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In a first-round victory for open government advocates, a federal judge ordered Vice President Dick Cheney and the National Archives to preserve all of his official records, according to The Washington Post.
Defending against a lawsuit filed by the watchdog group Citizens for Responsibility and Ethics in Washington and other transparency advocates, Cheney's camp argued for a very narrow interpretation of the Presidential Records Act. It would have required him only to maintain records detailing his work with the U.S. Senate or recalling specific orders from the president and would have excluded many records, including any from his work on the National Security Council and those without express presidential authorization, such as the controversial warrantless wiretapping program, the Post reported.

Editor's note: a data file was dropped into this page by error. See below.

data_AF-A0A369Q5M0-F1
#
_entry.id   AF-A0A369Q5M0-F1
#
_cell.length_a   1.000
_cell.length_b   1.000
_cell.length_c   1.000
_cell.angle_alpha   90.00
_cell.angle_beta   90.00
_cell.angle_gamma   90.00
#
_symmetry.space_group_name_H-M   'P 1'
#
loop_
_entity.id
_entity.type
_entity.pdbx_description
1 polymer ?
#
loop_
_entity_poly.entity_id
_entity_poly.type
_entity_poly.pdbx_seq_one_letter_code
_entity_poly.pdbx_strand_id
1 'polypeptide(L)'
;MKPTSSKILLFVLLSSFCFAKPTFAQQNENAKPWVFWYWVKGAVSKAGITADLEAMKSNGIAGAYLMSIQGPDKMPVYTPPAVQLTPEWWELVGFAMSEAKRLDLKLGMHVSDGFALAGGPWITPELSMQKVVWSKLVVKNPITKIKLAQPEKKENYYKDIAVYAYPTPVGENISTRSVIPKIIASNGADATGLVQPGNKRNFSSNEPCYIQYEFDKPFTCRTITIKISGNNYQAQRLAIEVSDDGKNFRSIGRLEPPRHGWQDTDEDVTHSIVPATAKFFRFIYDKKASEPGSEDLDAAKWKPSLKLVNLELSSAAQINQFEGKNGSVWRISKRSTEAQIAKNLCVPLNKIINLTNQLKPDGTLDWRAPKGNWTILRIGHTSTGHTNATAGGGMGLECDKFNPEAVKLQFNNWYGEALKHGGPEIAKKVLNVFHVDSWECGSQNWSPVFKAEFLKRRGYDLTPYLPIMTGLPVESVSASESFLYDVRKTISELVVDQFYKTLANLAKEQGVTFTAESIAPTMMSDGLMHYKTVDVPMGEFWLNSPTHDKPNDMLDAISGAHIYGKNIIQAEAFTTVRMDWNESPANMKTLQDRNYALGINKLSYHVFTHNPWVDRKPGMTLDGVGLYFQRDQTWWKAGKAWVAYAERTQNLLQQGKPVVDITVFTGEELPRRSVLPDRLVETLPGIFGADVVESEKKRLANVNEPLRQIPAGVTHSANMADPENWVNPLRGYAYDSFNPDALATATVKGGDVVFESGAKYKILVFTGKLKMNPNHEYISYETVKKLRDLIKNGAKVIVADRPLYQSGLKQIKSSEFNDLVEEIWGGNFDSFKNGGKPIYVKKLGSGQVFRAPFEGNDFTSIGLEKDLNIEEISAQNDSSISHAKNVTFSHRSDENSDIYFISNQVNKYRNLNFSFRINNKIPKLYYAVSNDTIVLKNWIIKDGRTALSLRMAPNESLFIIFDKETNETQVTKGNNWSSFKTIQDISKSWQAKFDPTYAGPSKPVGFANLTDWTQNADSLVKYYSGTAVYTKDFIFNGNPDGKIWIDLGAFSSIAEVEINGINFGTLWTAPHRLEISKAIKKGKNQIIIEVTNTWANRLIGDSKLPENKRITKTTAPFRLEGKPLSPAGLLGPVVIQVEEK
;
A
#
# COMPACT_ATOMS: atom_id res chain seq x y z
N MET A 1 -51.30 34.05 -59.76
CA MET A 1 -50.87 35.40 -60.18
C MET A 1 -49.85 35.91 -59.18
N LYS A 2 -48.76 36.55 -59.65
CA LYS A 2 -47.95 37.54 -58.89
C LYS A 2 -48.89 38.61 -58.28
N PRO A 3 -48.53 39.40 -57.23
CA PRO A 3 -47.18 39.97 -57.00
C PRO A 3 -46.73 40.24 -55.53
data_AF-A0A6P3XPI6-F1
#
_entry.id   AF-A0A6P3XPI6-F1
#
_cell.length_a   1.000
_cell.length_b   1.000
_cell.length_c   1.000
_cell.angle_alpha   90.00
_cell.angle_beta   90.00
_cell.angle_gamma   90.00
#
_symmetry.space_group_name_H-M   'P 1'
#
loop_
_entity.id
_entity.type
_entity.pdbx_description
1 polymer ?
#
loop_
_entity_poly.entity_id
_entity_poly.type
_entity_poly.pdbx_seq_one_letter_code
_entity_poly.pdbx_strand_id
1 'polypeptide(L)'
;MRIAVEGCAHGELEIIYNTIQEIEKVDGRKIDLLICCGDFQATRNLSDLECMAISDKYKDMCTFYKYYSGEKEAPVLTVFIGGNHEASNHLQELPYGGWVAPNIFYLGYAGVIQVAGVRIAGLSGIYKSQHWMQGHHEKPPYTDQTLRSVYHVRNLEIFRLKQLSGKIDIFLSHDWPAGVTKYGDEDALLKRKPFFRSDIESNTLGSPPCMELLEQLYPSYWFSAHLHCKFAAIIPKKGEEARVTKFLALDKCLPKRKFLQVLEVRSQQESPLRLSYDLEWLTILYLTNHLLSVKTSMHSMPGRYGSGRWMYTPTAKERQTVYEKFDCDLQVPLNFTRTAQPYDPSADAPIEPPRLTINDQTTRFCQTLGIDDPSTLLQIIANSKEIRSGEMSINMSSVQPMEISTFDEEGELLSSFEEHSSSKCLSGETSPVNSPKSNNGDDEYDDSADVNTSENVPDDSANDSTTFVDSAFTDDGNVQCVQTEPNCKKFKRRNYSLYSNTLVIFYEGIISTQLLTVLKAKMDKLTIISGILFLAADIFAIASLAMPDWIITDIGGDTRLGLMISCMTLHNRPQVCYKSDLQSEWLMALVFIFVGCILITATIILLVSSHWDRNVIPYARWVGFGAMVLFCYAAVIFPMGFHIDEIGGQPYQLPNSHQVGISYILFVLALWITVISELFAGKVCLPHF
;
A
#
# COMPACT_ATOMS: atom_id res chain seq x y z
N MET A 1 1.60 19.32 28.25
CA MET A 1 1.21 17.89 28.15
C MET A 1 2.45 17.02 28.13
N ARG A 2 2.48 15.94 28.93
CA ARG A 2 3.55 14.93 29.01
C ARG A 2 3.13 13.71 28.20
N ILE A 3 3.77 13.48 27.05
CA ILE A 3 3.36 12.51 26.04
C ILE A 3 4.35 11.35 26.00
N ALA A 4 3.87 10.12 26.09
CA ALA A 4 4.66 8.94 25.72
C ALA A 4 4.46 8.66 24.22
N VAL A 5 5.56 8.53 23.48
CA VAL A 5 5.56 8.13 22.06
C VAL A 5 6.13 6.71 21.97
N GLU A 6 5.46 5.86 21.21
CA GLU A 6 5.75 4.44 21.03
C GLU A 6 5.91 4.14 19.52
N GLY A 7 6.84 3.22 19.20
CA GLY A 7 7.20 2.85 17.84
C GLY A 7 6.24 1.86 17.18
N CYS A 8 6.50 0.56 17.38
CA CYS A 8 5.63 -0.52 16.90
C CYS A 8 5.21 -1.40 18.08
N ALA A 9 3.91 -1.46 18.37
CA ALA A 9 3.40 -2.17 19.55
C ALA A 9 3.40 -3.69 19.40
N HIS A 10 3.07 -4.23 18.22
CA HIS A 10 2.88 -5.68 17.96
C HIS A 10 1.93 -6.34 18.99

In a 22-page opinion ordering all documents preserved until a final decision can be reached, U.S. District Judge Colleen Kollar-Kotelly seemed to say the cost of such a narrow definition was too great:
"Those unprotected documents could be transferred to other entities, destroyed, or not preserved, and if any of these events occur, the damage is inherently irreparable; once documentary material is gone, it cannot be retrieved."